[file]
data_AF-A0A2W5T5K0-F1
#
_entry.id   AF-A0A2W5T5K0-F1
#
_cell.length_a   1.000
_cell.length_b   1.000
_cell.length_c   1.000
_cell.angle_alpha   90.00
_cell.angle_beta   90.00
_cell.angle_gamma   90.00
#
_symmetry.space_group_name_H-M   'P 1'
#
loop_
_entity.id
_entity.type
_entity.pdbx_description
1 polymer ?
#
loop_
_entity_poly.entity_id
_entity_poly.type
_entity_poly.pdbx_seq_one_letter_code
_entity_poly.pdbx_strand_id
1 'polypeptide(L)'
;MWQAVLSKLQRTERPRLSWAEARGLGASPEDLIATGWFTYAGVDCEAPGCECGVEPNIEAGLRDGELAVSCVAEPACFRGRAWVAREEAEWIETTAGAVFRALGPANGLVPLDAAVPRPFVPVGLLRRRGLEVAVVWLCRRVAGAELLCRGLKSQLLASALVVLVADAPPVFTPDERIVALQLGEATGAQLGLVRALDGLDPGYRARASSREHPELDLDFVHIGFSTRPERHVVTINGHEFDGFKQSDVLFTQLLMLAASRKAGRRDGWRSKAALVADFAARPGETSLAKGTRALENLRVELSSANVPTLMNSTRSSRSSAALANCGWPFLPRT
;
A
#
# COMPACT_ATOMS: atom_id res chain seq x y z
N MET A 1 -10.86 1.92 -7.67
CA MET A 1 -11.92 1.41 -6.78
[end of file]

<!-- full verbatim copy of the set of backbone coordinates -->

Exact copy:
data_AF-A0A2W5T5K0-F1
#
_entry.id   AF-A0A2W5T5K0-F1
#
_cell.length_a   1.000
_cell.length_b   1.000
_cell.length_c   1.000
_cell.angle_alpha   90.00
_cell.angle_beta   90.00
_cell.angle_gamma   90.00
#
_symmetry.space_group_name_H-M   'P 1'
#
loop_
_entity.id
_entity.type
_entity.pdbx_description
1 polymer ?
#
loop_
_entity_poly.entity_id
_entity_poly.type
_entity_poly.pdbx_seq_one_letter_code
_entity_poly.pdbx_strand_id
1 'polypeptide(L)'
;MWQAVLSKLQRTERPRLSWAEARGLGASPEDLIATGWFTYAGVDCEAPGCECGVEPNIEAGLRDGELAVSCVAEPACFRGRAWVAREEAEWIETTAGAVFRALGPANGLVPLDAAVPRPFVPVGLLRRRGLEVAVVWLCRRVAGAELLCRGLKSQLLASALVVLVADAPPVFTPDERIVALQLGEATGAQLGLVRALDGLDPGYRARASSREHPELDLDFVHIGFSTRPERHVVTINGHEFDGFKQSDVLFTQLLMLAASRKAGRRDGWRSKAALVADFAARPGETSLAKGTRALENLRVELSSANVPTLMNSTRSSRSSAALANCGWPFLPRT
;
A
#
# COMPACT_ATOMS: atom_id res chain seq x y z
N MET A 1 -10.86 1.92 -7.67
CA MET A 1 -11.92 1.41 -6.78